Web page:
As Healthcare Informatics Managing Editor Rajiv Leventhal reported on Friday, “Only two months after CVS Health announced it was acquiring Aetna for $69 billion, another huge retail-health insurer deal could be in the works, according to a March 29 Wall Street Journal report. Indeed,” as Leventhal wrote, “the report noted that Walmart Inc. is in preliminary talks to buy insurer Humana Inc., “according to people familiar with the matter.” According to the WSJ report, “It isn’t clear what terms the companies may be discussing, and there is no guarantee they will strike a deal. If they do, the deal would be big: Humana currently has a market value of about $37 billion.” And Walmart, “which in addition to being the world’s biggest retailer is also a major drugstore operator, has a market value of about $260 billion,” according to the piece.”
Further, Leventhal noted, “Interestingly, the CVS-Aetna deal came almost a full year after a federal judge blocked a merger that would have resulted in Aetna acquiring the Louisville, Ky.-based Humana, which at the time was the largest acquisition of its type in the history of health insurance in the U.S., reported at $37 billion. “The transaction would violate antitrust laws by reducing competition among insurers,” U.S. District Judge John D. Bates in Washington said at the time. Similarly, a proposed combination of two other health insurers, Anthem and Cigna, was also shot down. However, although these subsequent retail-insurer mergers do not involve two health insurance companies like the other ones that got rejected, it is possible that antitrust regulators could disapprove this one as well, according to a CNN Money report at the time of the CVS-Aetna deal.”
Meanwhile, an analysis published on Saturday in Bloomberg Gadfly and written by Tara Lachapelle and Max Nisen on Saturday, put it this way: “As if the health-care-merger frenzy weren't wild enough already, it looks as if Walmart Inc. may soon dive into it. The mammoth discount retailer is reportedly in early-stage talks to acquire Humana Inc., a health insurer valued at $41 billion (based on Thursday's after-hours trading price, which spiked on the late news),” Lachapelle and Nisen wrote. “The potential merger comes on the heels of a December offer from drug-store chain and pharmacy-benefits manager CVS Health Corp. to buy insurer Aetna Inc. for $77 billion including debt -- and we mean a lot of debt (more on that later). There was also the $67 billion merger announced this month between Cigna Corp. and Express Scripts Holding Co., a similar pairing.”
As Lachapelle and Nisen report in their article, “Driving all this dealmaking is the fact that Amazon.com Inc. -- a recent target of ire for President Donald Trump -- has its eye on health care. It struck an alliance in February with Warren Buffett's Berkshire Hathaway Inc. and JPMorgan Chase & Co. to tackle employee health costs. The trio's initial focus will be on their workers, but the threat of Amazon even dipping its toe into the industry has the biggest players scrambling to respond.”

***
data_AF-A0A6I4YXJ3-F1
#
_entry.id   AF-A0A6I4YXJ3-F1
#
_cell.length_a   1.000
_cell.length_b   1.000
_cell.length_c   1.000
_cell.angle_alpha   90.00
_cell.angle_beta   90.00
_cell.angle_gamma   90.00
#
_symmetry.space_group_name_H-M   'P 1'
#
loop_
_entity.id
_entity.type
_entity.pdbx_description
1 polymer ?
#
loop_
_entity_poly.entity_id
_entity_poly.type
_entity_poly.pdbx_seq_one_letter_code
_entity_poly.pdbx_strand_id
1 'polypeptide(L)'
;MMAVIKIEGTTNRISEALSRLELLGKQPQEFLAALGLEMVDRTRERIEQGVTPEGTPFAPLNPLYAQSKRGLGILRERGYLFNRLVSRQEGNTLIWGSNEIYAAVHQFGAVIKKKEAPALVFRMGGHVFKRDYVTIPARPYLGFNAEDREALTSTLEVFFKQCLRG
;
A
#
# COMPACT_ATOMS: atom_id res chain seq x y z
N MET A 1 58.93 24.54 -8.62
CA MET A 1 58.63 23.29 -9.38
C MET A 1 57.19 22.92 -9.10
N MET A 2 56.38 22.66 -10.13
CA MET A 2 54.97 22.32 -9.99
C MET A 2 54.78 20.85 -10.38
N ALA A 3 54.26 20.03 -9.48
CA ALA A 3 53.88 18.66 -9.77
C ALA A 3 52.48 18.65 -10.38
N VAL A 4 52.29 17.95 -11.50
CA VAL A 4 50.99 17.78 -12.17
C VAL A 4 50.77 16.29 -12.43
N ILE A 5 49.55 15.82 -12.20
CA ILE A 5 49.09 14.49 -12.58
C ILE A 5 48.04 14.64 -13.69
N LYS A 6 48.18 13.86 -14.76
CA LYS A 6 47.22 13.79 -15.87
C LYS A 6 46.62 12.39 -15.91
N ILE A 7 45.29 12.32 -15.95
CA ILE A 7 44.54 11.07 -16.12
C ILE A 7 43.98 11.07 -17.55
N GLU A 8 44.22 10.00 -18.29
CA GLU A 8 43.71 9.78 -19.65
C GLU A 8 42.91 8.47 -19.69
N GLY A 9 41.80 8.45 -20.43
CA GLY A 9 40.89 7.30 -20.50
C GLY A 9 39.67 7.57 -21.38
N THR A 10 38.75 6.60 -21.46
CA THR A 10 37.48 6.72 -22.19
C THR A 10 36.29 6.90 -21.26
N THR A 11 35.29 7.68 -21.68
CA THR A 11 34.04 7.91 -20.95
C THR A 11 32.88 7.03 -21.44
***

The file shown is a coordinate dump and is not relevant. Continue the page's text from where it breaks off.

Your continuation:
As Lachapelle and Nisen further note, “Bloomberg News reports the Walmart-Humana talks are about deepening an existing partnership, and that while a merger is among the options being explored, an outright combination isn't likely at this point. Given Walmart's sizable pharmacy presence, getting hold of Humana's pharmacy-benefits management (PBM) business would be appealing, though.
Humana is by far the largest PBM remaining for potential suitors and could help Walmart keep drug costs down. It already manages $26 billion in annual enrollee and client drug spending.
Humana also has the second-largest Medicare presence of any insurer, fitting nicely with Walmart's customer base. Some of Humana's Medicare Part D enrollment actually comes from a partnership with Walmart -- the two companies offer a co-branded drug plan that drives traffic to Walmart stores.
Looking at this from another angle, Bruce Japsen notes in an article on March 30 in Forbes online that “Humana is launching a new brand called ‘Conviva’ on its health clinics and related doctor practices in south Florida and Texas during a period of rampant consolidation among medical providers. The Louisville-based health insurer isn’t ruling out expanding the Conviva brand across the country.” Meanwhile, Japsen added, “Rival UnitedHealth Group already has its medical care providers housed under its Optum brand and is buying up an array of doctor practices and outpatient care sites. And CVS Health is buying Aetna, the nation’s third-largest health insurer, and has plans to develop more outpatient facilities beyond the pharmacies and retail clinics the drugstore chain already operates. And Japsen quoted Human CEO Bruce Broussard’s statement to analysts during the company’s fourth-quarter earnings call last month, when Broussard said that “We are moving to an integrated model and are building a platform that will consolidate these brands in South Florida and Texas under one payer-agnostic physician brand called Conviva.”